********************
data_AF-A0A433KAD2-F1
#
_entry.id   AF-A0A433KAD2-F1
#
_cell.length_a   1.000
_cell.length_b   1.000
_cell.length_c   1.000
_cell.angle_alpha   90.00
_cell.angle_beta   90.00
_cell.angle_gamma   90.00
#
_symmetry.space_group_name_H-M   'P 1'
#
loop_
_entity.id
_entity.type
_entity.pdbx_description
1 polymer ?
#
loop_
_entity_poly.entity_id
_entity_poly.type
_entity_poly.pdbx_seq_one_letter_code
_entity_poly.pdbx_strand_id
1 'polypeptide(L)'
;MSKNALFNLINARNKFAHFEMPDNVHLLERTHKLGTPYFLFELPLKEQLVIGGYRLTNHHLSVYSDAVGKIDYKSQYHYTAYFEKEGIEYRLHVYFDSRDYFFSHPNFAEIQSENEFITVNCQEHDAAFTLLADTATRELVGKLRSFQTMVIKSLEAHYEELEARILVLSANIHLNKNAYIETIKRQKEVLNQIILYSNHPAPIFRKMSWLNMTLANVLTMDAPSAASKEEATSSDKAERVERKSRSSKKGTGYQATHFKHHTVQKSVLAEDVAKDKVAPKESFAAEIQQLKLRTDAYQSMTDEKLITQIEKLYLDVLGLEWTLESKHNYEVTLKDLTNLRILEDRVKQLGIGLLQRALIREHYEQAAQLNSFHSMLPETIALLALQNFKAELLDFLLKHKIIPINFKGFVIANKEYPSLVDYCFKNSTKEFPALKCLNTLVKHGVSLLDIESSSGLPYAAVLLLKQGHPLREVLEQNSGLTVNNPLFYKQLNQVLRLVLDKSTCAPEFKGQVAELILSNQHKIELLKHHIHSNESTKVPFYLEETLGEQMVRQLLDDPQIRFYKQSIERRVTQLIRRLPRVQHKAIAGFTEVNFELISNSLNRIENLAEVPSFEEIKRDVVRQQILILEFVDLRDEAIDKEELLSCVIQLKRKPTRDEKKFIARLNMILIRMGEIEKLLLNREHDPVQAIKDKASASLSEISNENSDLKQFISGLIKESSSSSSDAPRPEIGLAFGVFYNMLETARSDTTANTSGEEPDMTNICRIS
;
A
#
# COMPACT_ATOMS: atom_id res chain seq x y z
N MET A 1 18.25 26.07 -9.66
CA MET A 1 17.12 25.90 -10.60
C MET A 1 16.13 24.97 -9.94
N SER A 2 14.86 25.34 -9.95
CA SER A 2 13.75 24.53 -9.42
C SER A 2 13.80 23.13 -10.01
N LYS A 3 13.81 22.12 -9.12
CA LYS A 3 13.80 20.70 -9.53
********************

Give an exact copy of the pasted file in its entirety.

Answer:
data_AF-A0A433KAD2-F1
#
_entry.id   AF-A0A433KAD2-F1
#
_cell.length_a   1.000
_cell.length_b   1.000
_cell.length_c   1.000
_cell.angle_alpha   90.00
_cell.angle_beta   90.00
_cell.angle_gamma   90.00
#
_symmetry.space_group_name_H-M   'P 1'
#
loop_
_entity.id
_entity.type
_entity.pdbx_description
1 polymer ?
#
loop_
_entity_poly.entity_id
_entity_poly.type
_entity_poly.pdbx_seq_one_letter_code
_entity_poly.pdbx_strand_id
1 'polypeptide(L)'
;MSKNALFNLINARNKFAHFEMPDNVHLLERTHKLGTPYFLFELPLKEQLVIGGYRLTNHHLSVYSDAVGKIDYKSQYHYTAYFEKEGIEYRLHVYFDSRDYFFSHPNFAEIQSENEFITVNCQEHDAAFTLLADTATRELVGKLRSFQTMVIKSLEAHYEELEARILVLSANIHLNKNAYIETIKRQKEVLNQIILYSNHPAPIFRKMSWLNMTLANVLTMDAPSAASKEEATSSDKAERVERKSRSSKKGTGYQATHFKHHTVQKSVLAEDVAKDKVAPKESFAAEIQQLKLRTDAYQSMTDEKLITQIEKLYLDVLGLEWTLESKHNYEVTLKDLTNLRILEDRVKQLGIGLLQRALIREHYEQAAQLNSFHSMLPETIALLALQNFKAELLDFLLKHKIIPINFKGFVIANKEYPSLVDYCFKNSTKEFPALKCLNTLVKHGVSLLDIESSSGLPYAAVLLLKQGHPLREVLEQNSGLTVNNPLFYKQLNQVLRLVLDKSTCAPEFKGQVAELILSNQHKIELLKHHIHSNESTKVPFYLEETLGEQMVRQLLDDPQIRFYKQSIERRVTQLIRRLPRVQHKAIAGFTEVNFELISNSLNRIENLAEVPSFEEIKRDVVRQQILILEFVDLRDEAIDKEELLSCVIQLKRKPTRDEKKFIARLNMILIRMGEIEKLLLNREHDPVQAIKDKASASLSEISNENSDLKQFISGLIKESSSSSSDAPRPEIGLAFGVFYNMLETARSDTTANTSGEEPDMTNICRIS
;
A
#
# COMPACT_ATOMS: atom_id res chain seq x y z
N MET A 1 18.25 26.07 -9.66
CA MET A 1 17.12 25.90 -10.60
C MET A 1 16.13 24.97 -9.94
N SER A 2 14.86 25.34 -9.95
CA SER A 2 13.75 24.53 -9.42
C SER A 2 13.80 23.13 -10.01
N LYS A 3 13.81 22.12 -9.12
CA LYS A 3 13.80 20.70 -9.53